According to the National Oceanic and Atmospheric Administration (NOAA), more than 80% of the ocean "remains unmapped, unobserved, and unexplored" – despite constituting more than 70% of the planet's surface. Now, a pair of Navy veterans are looking to change that with a line of autonomous robot vehicles that will plunge the ocean's depths in search of big data for the company's clients. "The company really started when Joe [Wolfel] and I first got together, which was back in 2004," said Judson Kauffman, who shares the CEO role with Wolfel, in an interview with Datanami. "We met in [Navy] SEAL training together, and ended up being assigned the same unit, and then went into combat together and became very close friends. There, they developed the idea for Terradepth, which "stemmed from some knowledge that we gained in the Navy" – really, Kauffman said, "just of how ignorant humanity is of what's underwater, what's in the sea." "It was shocking to learn how little we know, how little the U.S. Navy knew," he continued – and the more they dug into the issue after their time in the Navy, the more surprised they were.


Los Angeles man admits flying drone that struck LAPD helicopter over Hollywood

Los Angeles Times

A Los Angeles man admitted in federal court Thursday that he flew a drone that struck a Los Angeles Police Department helicopter that was responding to a crime scene in Hollywood. Andrew Rene Hernandez, 22, made the admission in pleading guilty to one count of unsafe operation of an unmanned aircraft, a misdemeanor. A spokesman for the U.S. attorney's office in Los Angeles said Hernandez is believed to be the first person in the country to be convicted of that offense, which carries a punishment of up to one year in prison. In his plea agreement, Hernandez admitted that he "recklessly interfered with and disrupted" the operation of the LAPD helicopter, which was responding to a burglary of a pharmacy, and that his actions "posed an imminent safety hazard" to the chopper's occupants. Reached by phone Thursday, Hernandez declined to comment.


Bumble removes political filter amid search for Capitol rioters on the app

Mashable

Shortly after Trump supporters stormed the Capitol last week, the hunt was on to find those who participated. It wasn't that difficult, as these insurrectionists refused to wear masks in the middle of a pandemic, even if it meant being filmed breaking the law (or being livestreamed by one of their own). While the FBI seemingly failed to see the Capitol riot coming, they have set up a tip line for anyone who had information about participants. This led to people scouring the internet in attempt to identity these domestic terrorists. On January 7, the day after the riot, Foreign Policy for America NextGen Initiative Co-Chair Alia Awadallah noticed an uptick of MAGA-lovers on dating apps.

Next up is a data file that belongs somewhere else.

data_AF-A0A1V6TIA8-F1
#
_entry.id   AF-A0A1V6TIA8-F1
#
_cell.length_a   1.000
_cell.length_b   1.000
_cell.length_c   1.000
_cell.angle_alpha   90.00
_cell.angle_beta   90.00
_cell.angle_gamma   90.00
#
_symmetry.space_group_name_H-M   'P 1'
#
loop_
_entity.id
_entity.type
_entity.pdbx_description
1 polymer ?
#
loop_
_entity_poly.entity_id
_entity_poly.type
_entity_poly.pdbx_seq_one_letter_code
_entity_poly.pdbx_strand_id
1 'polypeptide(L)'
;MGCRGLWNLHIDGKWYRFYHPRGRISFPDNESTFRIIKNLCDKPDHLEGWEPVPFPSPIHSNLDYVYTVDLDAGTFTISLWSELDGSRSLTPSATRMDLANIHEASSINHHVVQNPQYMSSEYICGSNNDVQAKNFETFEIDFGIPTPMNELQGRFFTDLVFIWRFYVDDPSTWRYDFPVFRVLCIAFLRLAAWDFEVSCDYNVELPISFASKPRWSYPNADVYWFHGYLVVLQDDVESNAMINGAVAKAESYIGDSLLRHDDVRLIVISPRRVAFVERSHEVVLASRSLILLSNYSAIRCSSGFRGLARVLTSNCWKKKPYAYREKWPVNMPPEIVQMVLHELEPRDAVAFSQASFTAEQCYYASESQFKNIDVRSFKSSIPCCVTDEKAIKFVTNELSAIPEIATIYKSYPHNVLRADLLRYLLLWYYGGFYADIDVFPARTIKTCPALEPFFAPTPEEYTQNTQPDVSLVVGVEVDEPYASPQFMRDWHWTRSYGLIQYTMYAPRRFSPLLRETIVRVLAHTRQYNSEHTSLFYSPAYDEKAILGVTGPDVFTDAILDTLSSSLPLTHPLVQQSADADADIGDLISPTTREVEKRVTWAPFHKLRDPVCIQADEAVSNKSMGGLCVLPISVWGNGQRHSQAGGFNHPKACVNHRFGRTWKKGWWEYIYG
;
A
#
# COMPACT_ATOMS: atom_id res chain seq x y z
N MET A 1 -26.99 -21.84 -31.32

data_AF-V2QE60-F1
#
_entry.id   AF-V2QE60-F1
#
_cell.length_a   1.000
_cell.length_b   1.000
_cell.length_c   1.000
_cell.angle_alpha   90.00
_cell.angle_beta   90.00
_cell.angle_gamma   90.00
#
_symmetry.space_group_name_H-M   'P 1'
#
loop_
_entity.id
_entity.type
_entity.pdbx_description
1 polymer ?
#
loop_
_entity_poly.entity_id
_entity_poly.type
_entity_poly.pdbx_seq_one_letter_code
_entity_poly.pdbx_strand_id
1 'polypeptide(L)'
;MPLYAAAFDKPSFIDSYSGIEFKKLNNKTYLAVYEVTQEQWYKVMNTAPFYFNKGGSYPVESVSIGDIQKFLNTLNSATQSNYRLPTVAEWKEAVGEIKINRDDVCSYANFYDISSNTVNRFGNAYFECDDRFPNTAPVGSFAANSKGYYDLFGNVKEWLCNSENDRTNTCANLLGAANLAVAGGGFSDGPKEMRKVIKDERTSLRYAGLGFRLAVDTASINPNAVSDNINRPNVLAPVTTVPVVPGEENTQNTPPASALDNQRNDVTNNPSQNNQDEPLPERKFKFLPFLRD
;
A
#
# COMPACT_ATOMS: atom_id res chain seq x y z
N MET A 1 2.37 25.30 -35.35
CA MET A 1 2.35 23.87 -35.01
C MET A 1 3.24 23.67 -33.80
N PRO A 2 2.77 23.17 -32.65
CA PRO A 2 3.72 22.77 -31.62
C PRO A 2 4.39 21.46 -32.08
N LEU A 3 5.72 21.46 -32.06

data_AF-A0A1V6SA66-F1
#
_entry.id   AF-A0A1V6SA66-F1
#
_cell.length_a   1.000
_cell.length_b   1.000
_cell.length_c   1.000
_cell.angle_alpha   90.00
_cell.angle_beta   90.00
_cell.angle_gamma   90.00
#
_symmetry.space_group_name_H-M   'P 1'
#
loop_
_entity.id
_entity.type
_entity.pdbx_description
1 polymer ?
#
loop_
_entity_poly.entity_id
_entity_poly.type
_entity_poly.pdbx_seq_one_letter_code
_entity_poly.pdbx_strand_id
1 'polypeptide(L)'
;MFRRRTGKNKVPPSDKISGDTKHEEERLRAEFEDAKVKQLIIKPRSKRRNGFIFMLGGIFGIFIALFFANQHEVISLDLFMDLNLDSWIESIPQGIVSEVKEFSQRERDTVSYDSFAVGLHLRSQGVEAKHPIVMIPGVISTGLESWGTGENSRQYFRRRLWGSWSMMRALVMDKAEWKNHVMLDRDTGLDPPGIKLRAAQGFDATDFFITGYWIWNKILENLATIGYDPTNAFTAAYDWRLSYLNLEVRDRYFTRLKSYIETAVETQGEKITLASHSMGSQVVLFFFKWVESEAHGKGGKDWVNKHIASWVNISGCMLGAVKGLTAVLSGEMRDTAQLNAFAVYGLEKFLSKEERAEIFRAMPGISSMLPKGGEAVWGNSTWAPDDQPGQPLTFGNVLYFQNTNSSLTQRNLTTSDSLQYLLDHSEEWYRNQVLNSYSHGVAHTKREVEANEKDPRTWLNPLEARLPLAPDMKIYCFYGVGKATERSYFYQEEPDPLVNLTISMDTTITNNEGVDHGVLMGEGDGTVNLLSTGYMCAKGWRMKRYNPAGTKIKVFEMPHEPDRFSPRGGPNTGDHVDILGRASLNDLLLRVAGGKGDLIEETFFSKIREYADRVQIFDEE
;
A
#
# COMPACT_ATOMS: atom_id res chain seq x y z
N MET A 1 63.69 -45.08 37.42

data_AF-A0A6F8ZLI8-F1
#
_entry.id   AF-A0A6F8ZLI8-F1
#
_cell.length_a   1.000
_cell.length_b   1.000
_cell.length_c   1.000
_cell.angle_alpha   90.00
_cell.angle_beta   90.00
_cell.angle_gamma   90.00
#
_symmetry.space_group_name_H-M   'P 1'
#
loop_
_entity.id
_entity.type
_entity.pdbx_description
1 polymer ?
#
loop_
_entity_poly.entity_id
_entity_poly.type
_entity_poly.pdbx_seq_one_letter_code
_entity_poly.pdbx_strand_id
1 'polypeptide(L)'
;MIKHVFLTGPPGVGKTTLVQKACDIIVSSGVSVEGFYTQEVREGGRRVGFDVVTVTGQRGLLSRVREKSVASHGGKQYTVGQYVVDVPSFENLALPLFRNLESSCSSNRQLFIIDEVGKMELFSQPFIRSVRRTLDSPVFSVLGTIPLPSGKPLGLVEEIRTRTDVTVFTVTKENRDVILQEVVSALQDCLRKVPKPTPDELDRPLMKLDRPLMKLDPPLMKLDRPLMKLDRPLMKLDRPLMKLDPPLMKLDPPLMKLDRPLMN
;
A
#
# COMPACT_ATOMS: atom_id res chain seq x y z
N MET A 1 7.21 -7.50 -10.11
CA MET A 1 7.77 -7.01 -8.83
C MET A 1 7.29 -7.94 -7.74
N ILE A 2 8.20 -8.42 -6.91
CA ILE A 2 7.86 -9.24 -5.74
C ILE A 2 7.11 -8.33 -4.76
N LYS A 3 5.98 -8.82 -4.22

An Algorithm Is Helping a Community Detect Lead Pipes

WIRED

More than six years after residents of Flint, Michigan, suffered widespread lead poisoning from their drinking water, hundreds of millions of dollars have been spent to improve water quality and bolster the city's economy. But residents still report a type of community PTSD, waiting in long grocery store lines to stock up on bottled water and filters. Media reports Wednesday said former governor Rick Snyder has been charged with neglect of duty for his role in the crisis. Snyder maintains his innocence, but he told Congress in 2016, "Local, state and federal officials--we all failed the families of Flint." One tool that emerged from the crisis is a form of artificial intelligence that could prevent similar problems in other cities where lead poisoning is a serious concern.


Learning from the Failure of Reconstruction

The New Yorker

Last Wednesday, January 6th, a day after Georgia elected its first Black senator, a mob encouraged by Donald Trump and his false claims of election fraud stormed Capitol Hill, resulting in at least five deaths. Despite widespread condemnation of these events, the F.B.I. revealed on Monday that it expects protests at all fifty state capitals in the days leading up to next Wednesday, when Joe Biden will be inaugurated as President. These events have drawn comparisons to coup attempts around the world, but also to the Reconstruction era, when white mobs inflicted violence on citizens and legislators throughout the South. To better understand the lessons of Reconstruction for our times, I recently spoke by phone with Eric Foner, an emeritus professor of history at Columbia, and one of the country's leading experts on Reconstruction. During the conversation, which has been edited for length and clarity, we also discussed the use of Confederate imagery by those who stormed the Capitol, balancing unity and punishment in the wake of terror, and the historical significance of the two Georgia Senate runoffs.